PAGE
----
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#22837 - 03/05/03 04:15 AM Are you a "Qualified Electrical Contractor"?
Joe Tedesco Offline

Registered: 10/07/00
Posts: 3325
Loc: Boston, Massachusetts USA

(Arlington, Va.) — As fall brings cooler temperatures, many homeowners turn their attentions to indoor renovations and repairs. In this "do-it-yourself"-oriented society, the Electrical Safety Foundation International (ESFI) cautions homeowners to think twice when it comes to electrical work.

According to the U.S. Consumer Product Safety Commission (CPSC), statistics indicate there are 40,000 residential fires annually caused by problems with electrical wiring systems, claiming more than 350 lives, causing thousands of injuries from electric shocks and burns and resulting in more than $2 billion in personal property damage.

"Electrical accidents are uniquely unforgiving; even a small mistake can have fatal results," said ESFI Executive Director Michael G. Clendenin. " If you don't know what you're doing, consider hiring a qualified, licensed electrician."

To help consumers select a qualified electrical contractor, the ESFI offers these tips:

Check the phone book, ask friends and family, or call the Better Business Bureau for local contractors. Beware of door-knockers -- most reputable companies don't need to go door-to-door for work.
Interview contractors before you hire them. Are they certified, licensed, bonded and insured, including coverage for property damage and workers' compensation? Is the contractor a member of a trade association?
Have more than one electrical contractor give you an estimate. Small jobs should be estimated over the phone. Larger jobs should be estimated with an hourly rate.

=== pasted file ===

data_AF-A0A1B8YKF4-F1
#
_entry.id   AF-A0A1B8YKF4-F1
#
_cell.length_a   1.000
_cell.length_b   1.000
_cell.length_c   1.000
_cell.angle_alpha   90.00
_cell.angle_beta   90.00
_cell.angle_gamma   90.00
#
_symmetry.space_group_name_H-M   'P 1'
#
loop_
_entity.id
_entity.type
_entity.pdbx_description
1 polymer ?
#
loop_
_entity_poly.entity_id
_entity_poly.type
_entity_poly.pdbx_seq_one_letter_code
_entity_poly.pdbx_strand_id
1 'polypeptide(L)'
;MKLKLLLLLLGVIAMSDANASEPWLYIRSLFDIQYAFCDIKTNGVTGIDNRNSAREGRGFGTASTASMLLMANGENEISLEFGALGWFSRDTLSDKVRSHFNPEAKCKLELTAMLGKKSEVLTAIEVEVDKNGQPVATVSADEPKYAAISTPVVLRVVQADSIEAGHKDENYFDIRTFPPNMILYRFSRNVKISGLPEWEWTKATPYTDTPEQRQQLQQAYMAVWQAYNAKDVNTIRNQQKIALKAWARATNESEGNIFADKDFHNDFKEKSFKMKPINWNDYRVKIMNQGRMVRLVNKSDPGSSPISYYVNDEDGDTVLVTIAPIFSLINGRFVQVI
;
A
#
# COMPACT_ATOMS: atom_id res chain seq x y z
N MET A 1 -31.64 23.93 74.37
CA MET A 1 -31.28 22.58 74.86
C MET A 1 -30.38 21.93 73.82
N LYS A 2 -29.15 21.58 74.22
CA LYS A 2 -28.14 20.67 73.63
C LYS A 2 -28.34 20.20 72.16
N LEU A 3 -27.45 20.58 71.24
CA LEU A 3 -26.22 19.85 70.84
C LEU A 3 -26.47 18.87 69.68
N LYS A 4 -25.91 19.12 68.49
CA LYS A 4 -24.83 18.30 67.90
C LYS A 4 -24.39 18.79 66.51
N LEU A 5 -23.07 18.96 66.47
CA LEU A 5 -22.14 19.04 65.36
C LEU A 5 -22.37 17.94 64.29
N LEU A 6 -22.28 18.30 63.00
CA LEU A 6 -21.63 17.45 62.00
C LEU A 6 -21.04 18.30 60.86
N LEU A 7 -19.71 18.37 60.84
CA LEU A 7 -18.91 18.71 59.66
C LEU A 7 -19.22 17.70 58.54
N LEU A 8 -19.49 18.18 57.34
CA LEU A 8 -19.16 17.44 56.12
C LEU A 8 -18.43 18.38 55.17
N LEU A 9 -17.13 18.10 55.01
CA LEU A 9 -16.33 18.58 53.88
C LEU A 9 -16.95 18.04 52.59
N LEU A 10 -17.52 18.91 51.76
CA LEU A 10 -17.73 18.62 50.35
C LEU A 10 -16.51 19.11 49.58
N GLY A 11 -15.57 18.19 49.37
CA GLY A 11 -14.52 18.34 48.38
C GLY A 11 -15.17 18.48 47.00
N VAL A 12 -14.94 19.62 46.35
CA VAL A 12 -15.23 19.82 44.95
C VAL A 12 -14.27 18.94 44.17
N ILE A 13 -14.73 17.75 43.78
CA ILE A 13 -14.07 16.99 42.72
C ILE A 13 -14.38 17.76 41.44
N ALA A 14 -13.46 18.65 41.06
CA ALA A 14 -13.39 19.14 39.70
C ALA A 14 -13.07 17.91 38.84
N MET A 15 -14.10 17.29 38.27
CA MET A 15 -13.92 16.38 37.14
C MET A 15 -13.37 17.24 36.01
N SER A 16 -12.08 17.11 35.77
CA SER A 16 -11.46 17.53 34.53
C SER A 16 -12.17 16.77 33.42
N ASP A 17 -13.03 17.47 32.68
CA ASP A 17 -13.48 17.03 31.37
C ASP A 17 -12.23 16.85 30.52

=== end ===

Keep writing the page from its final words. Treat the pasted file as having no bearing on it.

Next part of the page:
What kind of work do they do? Large or small jobs? Residential or commercial?
Will a permit be required to do the work? It should be under the contractor's name, not yours, and posted at the job site.
Get references from other homeowners and then call them to ask about their satisfaction with the work done.
Electricians generally do not repair holes cut or drilled in walls, trenches dug or landscaping that is disturbed in the course of the job. Know in advance what work will be left to be done after your electrical job.

These and other electrical safety tips are available at the Foundation's website at or by phone at 703-841-3229.
Joe Tedesco, NEC Consultant

Work Gear for Electricians and the Trades

Work Gear for Electricians and the Trades
Work Gear for Electricians and the Trades
Arc Flash Clothing, Gloves, KneePads, Tool Belts, Pouches, Tool Carriers, etc. etc....

#22838 - 03/05/03 03:04 PM Re: Are you a "Qualified Electrical Contractor"?
HotLine1 Offline


Registered: 04/03/02
Posts: 6792
Loc: Brick, NJ USA
Sounds like a good posting, now how do we get "people" to read it?

Here in NJ, consumers can contact the Board of Examiners for Electrical Contractors for a list of licensed electricians. And a few other trades also.


#22839 - 03/06/03 02:58 PM Re: Are you a "Qualified Electrical Contractor"?
WebSparky Offline

Registered: 02/21/03
Posts: 144
Loc: Cleveland, Ohio
Hi Joe,

Here in Ohio, we are certified by the state.
The state's web site has a current list of all CEC's that anyone can access.

Also, to be active as a CEC, one must carry liability insurance and a bond!



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